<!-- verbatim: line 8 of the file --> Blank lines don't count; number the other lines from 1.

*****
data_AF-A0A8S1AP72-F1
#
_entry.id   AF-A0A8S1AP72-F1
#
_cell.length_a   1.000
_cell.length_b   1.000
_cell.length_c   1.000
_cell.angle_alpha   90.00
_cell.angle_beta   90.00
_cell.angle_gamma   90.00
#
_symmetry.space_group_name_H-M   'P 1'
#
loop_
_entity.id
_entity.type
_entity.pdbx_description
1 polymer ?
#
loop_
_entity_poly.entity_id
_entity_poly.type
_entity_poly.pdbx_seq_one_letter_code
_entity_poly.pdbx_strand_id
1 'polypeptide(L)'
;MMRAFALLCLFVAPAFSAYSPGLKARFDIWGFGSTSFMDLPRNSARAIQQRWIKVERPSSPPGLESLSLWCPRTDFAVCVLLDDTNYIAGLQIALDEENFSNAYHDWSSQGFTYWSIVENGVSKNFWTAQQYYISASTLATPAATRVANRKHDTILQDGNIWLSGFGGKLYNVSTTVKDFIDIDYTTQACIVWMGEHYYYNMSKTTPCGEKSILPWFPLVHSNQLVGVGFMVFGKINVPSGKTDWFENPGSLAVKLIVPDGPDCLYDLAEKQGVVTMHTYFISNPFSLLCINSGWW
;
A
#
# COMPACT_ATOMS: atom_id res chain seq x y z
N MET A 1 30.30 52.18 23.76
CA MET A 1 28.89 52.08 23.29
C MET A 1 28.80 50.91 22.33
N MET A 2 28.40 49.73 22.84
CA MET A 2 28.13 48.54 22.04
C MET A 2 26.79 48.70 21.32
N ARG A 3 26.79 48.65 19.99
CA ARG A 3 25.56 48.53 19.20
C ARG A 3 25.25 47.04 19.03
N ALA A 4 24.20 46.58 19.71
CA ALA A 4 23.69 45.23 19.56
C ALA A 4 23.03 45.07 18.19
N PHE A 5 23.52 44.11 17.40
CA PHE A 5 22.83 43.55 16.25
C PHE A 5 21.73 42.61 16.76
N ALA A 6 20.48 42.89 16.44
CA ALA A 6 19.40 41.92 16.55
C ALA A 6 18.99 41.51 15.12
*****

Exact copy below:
_cell.angle_alpha   90.00